Sunday, 3 August 2014
Guardians Of The Galaxy
Guardians Of The Galaxy
Directed by James Gunn
Cinema release print.
I was both pleasantly surprised and achingly disappointed by the release of the new Marvel Phase 2 movie Guardians Of The Galaxy. When the film was first announced as being another of the series in the linking Marvel story arc that kicked off with the first Iron Man film... I was a bit taken aback. The comic this is mostly based on is the 21st Century incarnation of the Guardians Of The Galaxy as opposed to the original 1969 team... and I have not read any of their original stories in any of the various team line-ups to be able to pass judgement on this film as an adaptation. I was, though, very worried about how Marvel would be able to pull off a movie with characters like Rocket Raccoon and Groot in it and still make it fit in with their other properties in such an intimate manner. The various trailers didn’t exactly endear me to the idea of going to see it either.
Sure, the groundwork had been done by Marvel in terms of sowing the seeds for a more intergalactic piece of their giant cinematic puzzle with the Thor films (which are reviewed by me here and here), which are set off-world, so to speak... and, of course, The Avengers movie (reviewed here), which shares a common villain with this one. The character of The Collector, for example, had already appeared in the second Thor movie and Thanos had already been revealed at the end of The Avengers (aka Marvel Avengers Assembled) as one of the major players in the conflict depicted in that movie. However, this didn’t change the fact that I was finding it mighty difficult that a film of this nature, which would probably end up as “just another space opera” (and kinda did, actually), would be able to slot in neatly with the other films in the series without looking incongruous. It’s a lot easier to get these kinds of mismatched crossovers to work in comic books than it is to do it in the movies, I’m sure.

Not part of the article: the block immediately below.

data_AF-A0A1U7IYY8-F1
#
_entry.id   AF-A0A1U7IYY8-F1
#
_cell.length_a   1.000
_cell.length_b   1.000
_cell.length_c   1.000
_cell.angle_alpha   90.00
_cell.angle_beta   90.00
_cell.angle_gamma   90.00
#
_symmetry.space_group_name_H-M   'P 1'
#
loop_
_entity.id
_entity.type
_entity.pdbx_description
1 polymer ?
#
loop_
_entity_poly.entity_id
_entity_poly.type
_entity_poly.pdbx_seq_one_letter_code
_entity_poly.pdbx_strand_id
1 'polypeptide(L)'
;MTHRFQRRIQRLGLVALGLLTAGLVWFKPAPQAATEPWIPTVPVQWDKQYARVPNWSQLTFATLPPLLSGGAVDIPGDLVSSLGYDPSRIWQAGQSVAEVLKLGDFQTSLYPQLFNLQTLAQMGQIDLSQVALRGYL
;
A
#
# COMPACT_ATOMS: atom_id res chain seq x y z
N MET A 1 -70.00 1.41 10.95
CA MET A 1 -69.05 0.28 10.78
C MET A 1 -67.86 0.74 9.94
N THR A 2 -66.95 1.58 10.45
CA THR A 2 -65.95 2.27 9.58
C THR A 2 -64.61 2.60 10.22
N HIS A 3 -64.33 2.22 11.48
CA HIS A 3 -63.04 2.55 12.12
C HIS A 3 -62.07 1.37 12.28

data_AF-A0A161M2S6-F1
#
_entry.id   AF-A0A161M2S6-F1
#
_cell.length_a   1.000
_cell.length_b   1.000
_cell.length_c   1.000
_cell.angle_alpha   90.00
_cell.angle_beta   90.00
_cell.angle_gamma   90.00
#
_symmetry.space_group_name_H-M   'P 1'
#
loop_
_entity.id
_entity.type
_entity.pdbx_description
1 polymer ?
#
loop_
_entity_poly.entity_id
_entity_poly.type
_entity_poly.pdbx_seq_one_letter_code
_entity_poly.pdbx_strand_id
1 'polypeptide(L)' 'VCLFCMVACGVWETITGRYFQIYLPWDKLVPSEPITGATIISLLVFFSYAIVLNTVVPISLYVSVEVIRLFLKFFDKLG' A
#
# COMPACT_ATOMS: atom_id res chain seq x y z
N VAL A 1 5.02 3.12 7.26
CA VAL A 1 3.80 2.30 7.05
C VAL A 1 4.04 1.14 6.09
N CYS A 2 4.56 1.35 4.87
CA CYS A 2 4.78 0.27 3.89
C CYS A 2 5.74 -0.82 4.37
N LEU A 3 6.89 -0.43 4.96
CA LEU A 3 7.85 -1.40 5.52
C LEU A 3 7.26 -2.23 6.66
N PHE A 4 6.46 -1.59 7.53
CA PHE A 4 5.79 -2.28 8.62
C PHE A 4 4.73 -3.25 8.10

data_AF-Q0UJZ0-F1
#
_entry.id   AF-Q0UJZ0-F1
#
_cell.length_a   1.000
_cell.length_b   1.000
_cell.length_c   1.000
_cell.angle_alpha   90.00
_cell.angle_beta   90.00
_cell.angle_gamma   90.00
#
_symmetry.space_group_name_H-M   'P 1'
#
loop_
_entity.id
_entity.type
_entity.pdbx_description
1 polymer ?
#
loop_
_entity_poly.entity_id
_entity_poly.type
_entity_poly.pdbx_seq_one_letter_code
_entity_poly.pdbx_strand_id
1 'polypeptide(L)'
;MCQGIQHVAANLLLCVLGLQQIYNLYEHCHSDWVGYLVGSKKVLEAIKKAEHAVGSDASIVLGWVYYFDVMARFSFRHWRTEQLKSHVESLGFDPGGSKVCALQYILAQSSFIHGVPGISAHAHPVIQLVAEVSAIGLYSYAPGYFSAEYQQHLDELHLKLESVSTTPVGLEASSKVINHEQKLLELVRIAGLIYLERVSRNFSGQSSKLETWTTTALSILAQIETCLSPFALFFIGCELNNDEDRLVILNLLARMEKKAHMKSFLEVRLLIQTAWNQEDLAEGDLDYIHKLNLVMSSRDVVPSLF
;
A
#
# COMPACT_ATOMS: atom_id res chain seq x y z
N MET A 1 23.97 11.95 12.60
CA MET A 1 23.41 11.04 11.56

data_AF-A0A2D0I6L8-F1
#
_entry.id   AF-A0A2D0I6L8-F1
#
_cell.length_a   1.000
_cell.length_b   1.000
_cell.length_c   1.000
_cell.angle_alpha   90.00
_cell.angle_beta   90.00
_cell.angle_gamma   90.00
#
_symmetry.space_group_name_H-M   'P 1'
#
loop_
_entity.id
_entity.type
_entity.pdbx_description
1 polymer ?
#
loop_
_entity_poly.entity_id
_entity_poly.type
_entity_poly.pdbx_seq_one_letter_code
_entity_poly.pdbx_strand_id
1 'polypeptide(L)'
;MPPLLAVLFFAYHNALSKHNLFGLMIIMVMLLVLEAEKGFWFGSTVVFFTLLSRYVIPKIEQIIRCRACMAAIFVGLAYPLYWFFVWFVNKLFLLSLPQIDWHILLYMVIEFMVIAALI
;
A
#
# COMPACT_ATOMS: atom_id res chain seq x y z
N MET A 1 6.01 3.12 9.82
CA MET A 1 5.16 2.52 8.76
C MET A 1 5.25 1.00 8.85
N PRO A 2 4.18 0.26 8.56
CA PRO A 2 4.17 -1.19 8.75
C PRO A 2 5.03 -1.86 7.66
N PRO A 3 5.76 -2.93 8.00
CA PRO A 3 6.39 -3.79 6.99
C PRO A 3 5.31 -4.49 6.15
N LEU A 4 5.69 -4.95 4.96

That being said though... I was, as I said in my introduction, pleasantly surprised by the movie. For two reasons.
One is because... it’s not a terrible film. It’s not great but it is at least watchable and has some quite good moments which give it some entertainment value. The other reason is because, as it stands, I think this should just about slot into the current Marvel universe if the producers, writers and directors can do it very carefully and write to the various characters’ reactions and interactions with each other as they meet up in various films. I can imagine, for example, that a well written scene between Tony Stark and Rocket Raccoon would go down a treat.
This film opens very, very strongly with an opening, pre-credits sequence which is guaranteed to tear at the heartstrings and bring trickles of moisture from the audience’s eyes. We see the young Peter Quill, aka Star Lord, as he refuses to hold his mother’s hand and then she dies before he gets a chance to do that. He runs out of the hospital in his grief and is immediately kidnapped by aliens, one of the original members of the 1969 Guardians Of The Galaxy as it happens, although in this movie that character (played by Michael Rooker) is portrayed as a villain rather than a hero.
The cast is strong and the main players... Chris Pratt as Peter (Star Lord) Quill, Zoe Saldana as Gomora, Dave Bautista as Drax The Destroyer, Bradley Cooper as Rocket Racoon and Vin Diesel as Groot... are all really good in their roles... with special mention of Bautista who does a really good job at making me care about his character’s motivation. They all get some really nice dialogue in their scenes and it’s when they are interacting with each other in a way that doesn’t involve people punching, kicking, shooting or stabbing each other to death that their characters really get to shine through.